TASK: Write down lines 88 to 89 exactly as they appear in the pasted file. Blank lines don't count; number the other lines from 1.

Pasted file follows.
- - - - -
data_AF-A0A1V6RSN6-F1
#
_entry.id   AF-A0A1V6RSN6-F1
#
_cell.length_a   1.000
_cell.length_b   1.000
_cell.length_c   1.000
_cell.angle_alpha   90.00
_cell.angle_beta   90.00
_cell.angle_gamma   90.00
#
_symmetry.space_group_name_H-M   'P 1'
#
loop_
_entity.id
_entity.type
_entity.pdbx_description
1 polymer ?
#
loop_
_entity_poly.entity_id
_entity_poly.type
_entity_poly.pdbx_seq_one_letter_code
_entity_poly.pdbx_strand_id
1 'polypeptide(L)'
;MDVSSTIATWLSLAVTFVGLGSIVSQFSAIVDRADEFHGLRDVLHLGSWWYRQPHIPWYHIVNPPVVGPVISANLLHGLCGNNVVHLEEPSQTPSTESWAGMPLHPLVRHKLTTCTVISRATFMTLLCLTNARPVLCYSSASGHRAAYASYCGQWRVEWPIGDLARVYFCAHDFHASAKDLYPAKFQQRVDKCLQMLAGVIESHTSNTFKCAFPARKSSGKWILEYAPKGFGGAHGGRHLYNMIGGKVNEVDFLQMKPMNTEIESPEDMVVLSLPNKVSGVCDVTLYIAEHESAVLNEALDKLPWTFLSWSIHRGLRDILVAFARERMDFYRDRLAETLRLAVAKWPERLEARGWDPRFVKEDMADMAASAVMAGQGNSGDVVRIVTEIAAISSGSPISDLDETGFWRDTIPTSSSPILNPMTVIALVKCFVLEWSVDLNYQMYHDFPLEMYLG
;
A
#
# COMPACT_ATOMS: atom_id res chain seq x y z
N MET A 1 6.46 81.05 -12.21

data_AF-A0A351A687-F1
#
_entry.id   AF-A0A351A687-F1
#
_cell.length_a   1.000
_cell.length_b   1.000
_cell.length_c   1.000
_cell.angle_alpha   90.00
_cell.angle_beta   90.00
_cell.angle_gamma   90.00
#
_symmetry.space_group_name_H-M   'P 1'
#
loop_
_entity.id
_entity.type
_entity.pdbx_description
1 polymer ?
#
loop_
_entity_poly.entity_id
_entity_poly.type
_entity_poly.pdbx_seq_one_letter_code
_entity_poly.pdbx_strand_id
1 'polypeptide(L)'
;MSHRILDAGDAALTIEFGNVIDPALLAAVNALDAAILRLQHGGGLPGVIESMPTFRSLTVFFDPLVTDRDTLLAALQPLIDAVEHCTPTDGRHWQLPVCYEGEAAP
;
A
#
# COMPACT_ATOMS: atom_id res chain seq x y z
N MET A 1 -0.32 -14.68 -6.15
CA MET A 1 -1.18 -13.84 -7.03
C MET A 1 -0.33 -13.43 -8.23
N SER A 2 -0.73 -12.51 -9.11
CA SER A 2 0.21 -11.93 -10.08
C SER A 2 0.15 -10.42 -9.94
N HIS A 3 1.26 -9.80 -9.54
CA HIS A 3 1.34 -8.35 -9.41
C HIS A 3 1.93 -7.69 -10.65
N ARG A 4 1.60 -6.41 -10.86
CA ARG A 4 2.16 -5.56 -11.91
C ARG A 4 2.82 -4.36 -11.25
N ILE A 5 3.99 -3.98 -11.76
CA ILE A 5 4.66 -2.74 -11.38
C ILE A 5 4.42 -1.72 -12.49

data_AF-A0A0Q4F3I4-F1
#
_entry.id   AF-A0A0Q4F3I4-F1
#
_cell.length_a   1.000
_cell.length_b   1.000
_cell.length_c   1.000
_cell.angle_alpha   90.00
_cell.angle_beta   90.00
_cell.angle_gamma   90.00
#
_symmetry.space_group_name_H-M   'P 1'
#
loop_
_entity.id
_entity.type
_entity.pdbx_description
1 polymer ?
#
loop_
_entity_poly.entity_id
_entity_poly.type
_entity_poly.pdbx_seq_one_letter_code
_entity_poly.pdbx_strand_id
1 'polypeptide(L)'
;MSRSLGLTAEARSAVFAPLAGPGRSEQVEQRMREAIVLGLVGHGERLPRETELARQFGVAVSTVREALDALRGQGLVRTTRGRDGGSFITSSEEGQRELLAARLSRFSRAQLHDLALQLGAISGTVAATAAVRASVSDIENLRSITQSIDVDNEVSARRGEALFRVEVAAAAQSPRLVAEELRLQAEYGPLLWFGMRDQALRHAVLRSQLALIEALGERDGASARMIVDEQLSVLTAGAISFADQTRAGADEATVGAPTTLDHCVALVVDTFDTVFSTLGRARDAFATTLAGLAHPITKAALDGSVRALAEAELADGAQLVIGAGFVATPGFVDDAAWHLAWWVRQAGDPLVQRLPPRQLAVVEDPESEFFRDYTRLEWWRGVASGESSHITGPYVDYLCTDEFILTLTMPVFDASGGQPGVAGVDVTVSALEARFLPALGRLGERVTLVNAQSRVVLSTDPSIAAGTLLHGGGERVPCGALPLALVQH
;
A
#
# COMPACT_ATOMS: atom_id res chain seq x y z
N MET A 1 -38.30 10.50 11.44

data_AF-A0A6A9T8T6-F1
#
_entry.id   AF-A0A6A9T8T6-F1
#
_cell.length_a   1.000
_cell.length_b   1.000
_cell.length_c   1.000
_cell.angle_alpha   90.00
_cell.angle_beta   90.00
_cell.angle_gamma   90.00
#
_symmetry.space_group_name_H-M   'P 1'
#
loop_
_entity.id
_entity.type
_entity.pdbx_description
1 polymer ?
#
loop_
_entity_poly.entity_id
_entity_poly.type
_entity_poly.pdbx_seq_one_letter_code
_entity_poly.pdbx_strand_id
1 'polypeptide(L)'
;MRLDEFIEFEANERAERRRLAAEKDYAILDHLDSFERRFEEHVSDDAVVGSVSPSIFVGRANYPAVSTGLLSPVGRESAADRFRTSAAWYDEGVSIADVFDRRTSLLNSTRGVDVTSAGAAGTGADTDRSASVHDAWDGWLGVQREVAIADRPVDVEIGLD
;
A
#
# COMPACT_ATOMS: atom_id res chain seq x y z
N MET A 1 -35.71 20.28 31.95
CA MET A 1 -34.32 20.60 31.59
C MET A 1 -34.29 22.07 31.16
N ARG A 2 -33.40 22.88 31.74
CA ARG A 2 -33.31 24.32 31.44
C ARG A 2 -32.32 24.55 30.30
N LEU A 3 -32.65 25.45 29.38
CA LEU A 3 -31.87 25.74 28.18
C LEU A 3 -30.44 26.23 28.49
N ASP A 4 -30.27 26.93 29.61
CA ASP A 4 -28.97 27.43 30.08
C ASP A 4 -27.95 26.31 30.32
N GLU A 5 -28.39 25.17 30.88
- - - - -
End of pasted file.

_symmetry.space_group_name_H-M   'P 1'
#